Electricity cost increase goes into effect today
The Pennsylvania Public Utility Commission is alerting consumers that most utilities will be adjusting their prices for electric generation on June 1 - cautioning that many nonshopping (default service) customers will see sharp increases in energy costs as summer approaches, ranging between 6% and 45% depending on their electric utility.
PPL’s current rate of 8.941 cents per kilowatt hour will increase to 12.366 per kilowatt hour. That’s an increase of 38%.
Met-Ed will rise from 6.832 to 7.936, an increase of 16.1%.
Pennsylvania’s regulated electric utilities routinely adjust, either quarterly or biannually, the default service price they charge nonshopping customers for electric generation. This price, also known as the “Price to Compare” is what consumers use to compare prices and potential savings among competitive electric generation suppliers.).
The PUC encourages consumers to carefully review their electric bills to understand the rates they will be paying - and explore the PUC’s official electric shopping website, PAPowerSwitch.com, for details on competitive offers, along with tips for energy conservation and savings.
Currently, higher wholesale market prices for electricity, fueled in large part by shifts in supply and demand for natural gas, have increased purchasing costs for electric distribution companies and thus driven up many prices to compare.
By law, utilities cannot make a profit on electric generation, as generation costs are simply passed through to utility customers. The PTC averages 40% to 60% of the customer’s total utility bill. However, this percent varies by utility and by the level of individual customer usage.
One option consumers may want to explore immediately is their utility’s voluntary Standard Offer Program - which is another alternative for default service customers not participating in the competitive electricity market.
Standard Offer provides those customers with the option of receiving service from a competitive supplier at a fixed-price that is 7% below the utility’s current PTC. The Standard Offer price is fixed for one year and can be canceled by the customer at any time with no early cancellation or termination fees. There may not be participating suppliers in all areas.
After exploring the Standard Offer, consumers may want to lock in a discount with their utility’s current price to compare - which could amount to future savings with price to compare increases. Residential and small commercial customers can find out more information and enroll in the Standard Offer Program by contacting their electric utility.
Consumers and small businesses can also use the PUC’s PAPowerSwitch energy shopping website to explore and compare other offers from competitive energy suppliers which may provide savings compared to their utility’s default service rate. The website provides consumers and small businesses with valuable information on how to shop for electric supply services - enabling consumers to quickly compare offers from competitive suppliers against the default service rate from their local utility and learn more on switching to a competitive supplier, or returning to default service, should they choose.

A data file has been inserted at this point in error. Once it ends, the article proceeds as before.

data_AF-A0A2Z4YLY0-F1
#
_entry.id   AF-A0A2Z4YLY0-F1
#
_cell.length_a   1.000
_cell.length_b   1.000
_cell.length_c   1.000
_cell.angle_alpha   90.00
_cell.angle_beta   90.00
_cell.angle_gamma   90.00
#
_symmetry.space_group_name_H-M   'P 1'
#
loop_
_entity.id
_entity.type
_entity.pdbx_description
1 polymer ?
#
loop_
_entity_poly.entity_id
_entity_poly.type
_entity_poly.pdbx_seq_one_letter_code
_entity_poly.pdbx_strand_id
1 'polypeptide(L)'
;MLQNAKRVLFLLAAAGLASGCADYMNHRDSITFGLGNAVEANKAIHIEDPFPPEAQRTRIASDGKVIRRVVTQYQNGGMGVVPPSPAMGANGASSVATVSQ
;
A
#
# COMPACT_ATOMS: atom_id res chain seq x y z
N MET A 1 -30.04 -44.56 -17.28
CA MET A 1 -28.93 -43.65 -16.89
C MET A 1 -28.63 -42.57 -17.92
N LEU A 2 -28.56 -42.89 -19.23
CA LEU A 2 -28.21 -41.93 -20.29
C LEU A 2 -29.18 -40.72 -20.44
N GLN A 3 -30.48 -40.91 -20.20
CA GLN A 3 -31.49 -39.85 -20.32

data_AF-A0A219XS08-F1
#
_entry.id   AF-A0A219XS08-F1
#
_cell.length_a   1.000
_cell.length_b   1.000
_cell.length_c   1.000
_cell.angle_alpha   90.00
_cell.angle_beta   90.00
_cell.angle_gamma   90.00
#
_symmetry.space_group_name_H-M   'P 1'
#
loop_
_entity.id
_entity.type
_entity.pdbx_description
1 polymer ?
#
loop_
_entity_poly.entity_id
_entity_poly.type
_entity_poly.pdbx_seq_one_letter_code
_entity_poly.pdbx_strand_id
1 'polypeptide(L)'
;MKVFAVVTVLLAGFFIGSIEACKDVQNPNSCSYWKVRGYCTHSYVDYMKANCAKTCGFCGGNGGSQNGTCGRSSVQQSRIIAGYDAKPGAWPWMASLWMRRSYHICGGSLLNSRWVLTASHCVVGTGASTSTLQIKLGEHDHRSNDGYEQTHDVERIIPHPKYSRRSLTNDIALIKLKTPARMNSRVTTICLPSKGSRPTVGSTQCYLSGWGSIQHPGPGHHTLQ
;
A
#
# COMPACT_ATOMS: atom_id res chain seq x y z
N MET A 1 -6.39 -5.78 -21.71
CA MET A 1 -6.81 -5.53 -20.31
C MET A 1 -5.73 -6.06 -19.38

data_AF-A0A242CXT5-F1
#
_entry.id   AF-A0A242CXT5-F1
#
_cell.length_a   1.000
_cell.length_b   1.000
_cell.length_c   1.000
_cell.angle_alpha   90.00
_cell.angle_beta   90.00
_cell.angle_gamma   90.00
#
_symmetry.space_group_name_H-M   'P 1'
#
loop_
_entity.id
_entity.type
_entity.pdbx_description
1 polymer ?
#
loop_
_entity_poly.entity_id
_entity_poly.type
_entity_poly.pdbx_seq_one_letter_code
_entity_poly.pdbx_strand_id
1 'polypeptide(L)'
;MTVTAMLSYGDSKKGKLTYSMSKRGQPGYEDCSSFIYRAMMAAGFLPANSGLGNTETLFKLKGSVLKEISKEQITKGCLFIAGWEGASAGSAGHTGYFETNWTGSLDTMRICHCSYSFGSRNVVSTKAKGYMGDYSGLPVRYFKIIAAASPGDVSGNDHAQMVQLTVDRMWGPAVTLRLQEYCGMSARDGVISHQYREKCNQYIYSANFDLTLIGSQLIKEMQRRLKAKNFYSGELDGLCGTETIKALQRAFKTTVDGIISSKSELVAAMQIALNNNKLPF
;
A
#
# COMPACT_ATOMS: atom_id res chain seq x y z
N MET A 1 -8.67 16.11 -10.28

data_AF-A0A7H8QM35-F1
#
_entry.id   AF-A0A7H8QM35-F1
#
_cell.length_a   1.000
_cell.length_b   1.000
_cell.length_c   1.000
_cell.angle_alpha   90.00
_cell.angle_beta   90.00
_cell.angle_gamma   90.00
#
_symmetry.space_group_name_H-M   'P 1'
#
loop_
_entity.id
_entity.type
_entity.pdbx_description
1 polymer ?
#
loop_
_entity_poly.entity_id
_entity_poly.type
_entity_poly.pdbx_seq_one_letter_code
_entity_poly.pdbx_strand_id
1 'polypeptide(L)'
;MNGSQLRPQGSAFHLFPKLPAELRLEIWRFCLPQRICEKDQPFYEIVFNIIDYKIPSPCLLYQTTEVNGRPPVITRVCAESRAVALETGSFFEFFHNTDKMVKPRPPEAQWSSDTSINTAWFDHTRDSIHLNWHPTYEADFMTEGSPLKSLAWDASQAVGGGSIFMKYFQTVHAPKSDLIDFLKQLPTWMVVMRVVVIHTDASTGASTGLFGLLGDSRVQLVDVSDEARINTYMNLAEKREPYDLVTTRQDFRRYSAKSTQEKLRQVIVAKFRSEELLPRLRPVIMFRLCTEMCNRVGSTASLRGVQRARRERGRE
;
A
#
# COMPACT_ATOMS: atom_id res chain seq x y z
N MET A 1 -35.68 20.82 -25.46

Review your bill to understand what you are paying for electric generation supply, either through default service from the electric utility or a contract with a competitive energy generation supplier.
Key questions to ask include:
• How do competitive suppliers’ rates compare with the utility’s Price to Compare?
• Is the supplier contract for a fixed or variable rate - and if the rate is variable, what are the conditions of changes in the price for electricity?
• Does the contract provide for additional fees - such as membership or early contract termination fees?
• When will the contract expire - and what are the options for consumers as the contract end date approaches?
Consumers are advised not to sign a contract without knowing the length of the contract, the price, whether it is fixed or variable and if there are any fees.
For small-business customers, the PUC notes that most electric distribution companies are also adjusting their prices to compare in their small commercial and industrial rate classes. Default service rates for small businesses are increasing on June 1 - ranging from an increase of 20.8% in the PPL service territory to a 55.6% increase in West Penn Power’s service territory.
Beat the heat
You can save energy and money, even in extreme heat, by following some tips from PPL:
• Make sure drapes and shades are pulled down during the day to block the hot sun.
• Wear light clothing and set your thermostat between 72 and 78 degrees. You will save energy for every degree higher you can set your thermostat. The federal Department of Energy recommends 78 degrees.
• Minimize the use of heat-generating appliances like dishwashers, stoves, washers and dryers during the warmest hours of the day.
• Incandescent light bulbs also produce heat, so switching to cooler and more efficient LED bulbs is a smart choice.
• Ceiling fans are economical and cost far less to use than air conditioners but use them only in occupied rooms because they work on the wind-chill effect to cool people. Plus, using a ceiling fan lets you raise the temperature setting on your thermostat by one to three degrees.